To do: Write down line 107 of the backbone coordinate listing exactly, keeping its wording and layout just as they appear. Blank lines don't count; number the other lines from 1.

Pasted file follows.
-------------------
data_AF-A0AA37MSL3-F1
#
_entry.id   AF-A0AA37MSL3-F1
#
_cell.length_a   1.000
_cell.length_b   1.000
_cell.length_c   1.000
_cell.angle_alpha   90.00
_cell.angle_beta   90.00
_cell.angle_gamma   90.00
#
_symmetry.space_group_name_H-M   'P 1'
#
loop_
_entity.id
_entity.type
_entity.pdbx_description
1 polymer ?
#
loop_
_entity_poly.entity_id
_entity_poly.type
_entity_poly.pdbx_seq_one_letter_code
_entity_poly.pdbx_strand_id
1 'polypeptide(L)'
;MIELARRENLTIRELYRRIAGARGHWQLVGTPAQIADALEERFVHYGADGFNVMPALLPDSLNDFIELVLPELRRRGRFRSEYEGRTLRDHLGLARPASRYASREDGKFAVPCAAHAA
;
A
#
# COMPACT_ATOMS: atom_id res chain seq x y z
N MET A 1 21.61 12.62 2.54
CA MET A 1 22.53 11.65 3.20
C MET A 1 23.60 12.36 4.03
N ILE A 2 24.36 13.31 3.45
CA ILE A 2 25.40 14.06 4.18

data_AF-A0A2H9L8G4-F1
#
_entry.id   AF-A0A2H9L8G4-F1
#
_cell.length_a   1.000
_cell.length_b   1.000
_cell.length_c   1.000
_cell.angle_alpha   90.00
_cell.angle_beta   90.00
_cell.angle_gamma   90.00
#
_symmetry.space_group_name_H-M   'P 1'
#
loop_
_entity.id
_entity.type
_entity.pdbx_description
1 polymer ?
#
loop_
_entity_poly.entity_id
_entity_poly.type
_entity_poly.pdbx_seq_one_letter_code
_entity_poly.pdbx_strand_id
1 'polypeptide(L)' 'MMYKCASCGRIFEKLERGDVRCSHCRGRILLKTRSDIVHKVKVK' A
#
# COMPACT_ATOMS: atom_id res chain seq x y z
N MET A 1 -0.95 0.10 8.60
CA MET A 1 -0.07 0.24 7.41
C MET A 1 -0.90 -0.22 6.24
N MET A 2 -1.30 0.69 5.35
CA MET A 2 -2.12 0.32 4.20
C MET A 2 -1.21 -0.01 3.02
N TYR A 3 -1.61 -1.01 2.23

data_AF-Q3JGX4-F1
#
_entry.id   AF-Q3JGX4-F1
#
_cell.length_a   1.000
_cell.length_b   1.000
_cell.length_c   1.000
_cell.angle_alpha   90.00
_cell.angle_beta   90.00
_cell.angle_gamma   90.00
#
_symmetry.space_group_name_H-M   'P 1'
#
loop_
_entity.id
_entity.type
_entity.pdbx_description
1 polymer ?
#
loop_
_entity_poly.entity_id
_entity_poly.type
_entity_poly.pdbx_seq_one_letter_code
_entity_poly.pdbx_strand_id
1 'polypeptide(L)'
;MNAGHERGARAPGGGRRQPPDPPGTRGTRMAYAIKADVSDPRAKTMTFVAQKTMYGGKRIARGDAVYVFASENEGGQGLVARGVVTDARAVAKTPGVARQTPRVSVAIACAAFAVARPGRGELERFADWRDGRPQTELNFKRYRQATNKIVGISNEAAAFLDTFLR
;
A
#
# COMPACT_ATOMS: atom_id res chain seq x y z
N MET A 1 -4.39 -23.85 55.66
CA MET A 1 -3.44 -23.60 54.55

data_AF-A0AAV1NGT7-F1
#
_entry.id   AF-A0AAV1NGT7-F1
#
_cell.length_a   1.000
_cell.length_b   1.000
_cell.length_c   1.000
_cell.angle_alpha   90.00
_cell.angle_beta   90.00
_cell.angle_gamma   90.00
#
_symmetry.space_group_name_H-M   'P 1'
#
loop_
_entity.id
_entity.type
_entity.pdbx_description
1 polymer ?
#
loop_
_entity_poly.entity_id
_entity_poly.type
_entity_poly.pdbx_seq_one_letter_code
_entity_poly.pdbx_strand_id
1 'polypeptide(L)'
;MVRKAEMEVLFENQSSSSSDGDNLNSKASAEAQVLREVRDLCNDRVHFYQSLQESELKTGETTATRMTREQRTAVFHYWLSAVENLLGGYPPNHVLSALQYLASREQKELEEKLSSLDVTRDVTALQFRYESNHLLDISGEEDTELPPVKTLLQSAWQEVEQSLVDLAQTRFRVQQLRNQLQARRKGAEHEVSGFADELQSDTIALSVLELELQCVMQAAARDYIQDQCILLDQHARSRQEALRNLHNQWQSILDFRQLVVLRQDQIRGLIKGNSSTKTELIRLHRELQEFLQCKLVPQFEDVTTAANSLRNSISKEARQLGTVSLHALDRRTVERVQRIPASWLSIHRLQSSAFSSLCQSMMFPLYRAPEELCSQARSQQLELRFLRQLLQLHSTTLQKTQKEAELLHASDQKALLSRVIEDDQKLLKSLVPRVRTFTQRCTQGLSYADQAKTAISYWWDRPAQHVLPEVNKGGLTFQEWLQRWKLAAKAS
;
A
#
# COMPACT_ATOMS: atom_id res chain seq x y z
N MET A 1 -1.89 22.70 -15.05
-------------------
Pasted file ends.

_cell.length_b   1.000